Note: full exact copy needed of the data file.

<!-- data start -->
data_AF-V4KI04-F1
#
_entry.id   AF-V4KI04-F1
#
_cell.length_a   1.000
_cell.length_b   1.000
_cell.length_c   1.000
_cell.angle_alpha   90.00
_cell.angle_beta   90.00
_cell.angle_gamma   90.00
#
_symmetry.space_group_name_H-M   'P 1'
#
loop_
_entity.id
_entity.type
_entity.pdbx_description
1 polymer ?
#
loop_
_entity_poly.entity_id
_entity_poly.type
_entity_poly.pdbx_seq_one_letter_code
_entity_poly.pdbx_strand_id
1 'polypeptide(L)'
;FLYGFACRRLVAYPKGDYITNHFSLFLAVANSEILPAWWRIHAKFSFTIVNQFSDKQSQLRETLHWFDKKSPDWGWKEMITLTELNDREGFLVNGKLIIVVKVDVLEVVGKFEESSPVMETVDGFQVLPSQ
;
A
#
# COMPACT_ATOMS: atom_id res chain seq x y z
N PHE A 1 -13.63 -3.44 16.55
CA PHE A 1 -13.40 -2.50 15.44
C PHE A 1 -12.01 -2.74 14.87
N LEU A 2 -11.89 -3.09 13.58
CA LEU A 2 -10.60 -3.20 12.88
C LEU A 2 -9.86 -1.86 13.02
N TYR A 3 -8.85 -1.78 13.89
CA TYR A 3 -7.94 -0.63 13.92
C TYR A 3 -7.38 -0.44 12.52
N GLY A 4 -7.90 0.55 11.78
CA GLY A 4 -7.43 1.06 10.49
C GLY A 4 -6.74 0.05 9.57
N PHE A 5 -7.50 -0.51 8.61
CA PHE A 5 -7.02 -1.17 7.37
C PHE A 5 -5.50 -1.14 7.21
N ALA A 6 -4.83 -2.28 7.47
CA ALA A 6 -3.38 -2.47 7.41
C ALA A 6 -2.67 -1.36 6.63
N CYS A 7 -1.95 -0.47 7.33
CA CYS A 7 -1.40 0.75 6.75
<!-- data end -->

data_AF-V4KI04-F1
#
_entry.id   AF-V4KI04-F1
#
_cell.length_a   1.000
_cell.length_b   1.000
_cell.length_c   1.000
_cell.angle_alpha   90.00
_cell.angle_beta   90.00
_cell.angle_gamma   90.00
#
_symmetry.space_group_name_H-M   'P 1'
#
loop_
_entity.id
_entity.type
_entity.pdbx_description
1 polymer ?
#
loop_
_entity_poly.entity_id
_entity_poly.type
_entity_poly.pdbx_seq_one_letter_code
_entity_poly.pdbx_strand_id
1 'polypeptide(L)'
;FLYGFACRRLVAYPKGDYITNHFSLFLAVANSEILPAWWRIHAKFSFTIVNQFSDKQSQLRETLHWFDKKSPDWGWKEMITLTELNDREGFLVNGKLIIVVKVDVLEVVGKFEESSPVMETVDGFQVLPSQ
;
A
#
# COMPACT_ATOMS: atom_id res chain seq x y z
N PHE A 1 -13.63 -3.44 16.55
CA PHE A 1 -13.40 -2.50 15.44
C PHE A 1 -12.01 -2.74 14.87
N LEU A 2 -11.89 -3.09 13.58
CA LEU A 2 -10.60 -3.20 12.88
C LEU A 2 -9.86 -1.86 13.02
N TYR A 3 -8.85 -1.78 13.89
CA TYR A 3 -7.94 -0.63 13.92
C TYR A 3 -7.38 -0.44 12.52
N GLY A 4 -7.90 0.55 11.78
CA GLY A 4 -7.43 1.06 10.49
C GLY A 4 -6.74 0.05 9.57
N PHE A 5 -7.50 -0.51 8.61
CA PHE A 5 -7.02 -1.17 7.37
C PHE A 5 -5.50 -1.14 7.21
N ALA A 6 -4.83 -2.28 7.47
CA ALA A 6 -3.38 -2.47 7.41
C ALA A 6 -2.67 -1.36 6.63
N CYS A 7 -1.95 -0.47 7.33
CA CYS A 7 -1.40 0.75 6.75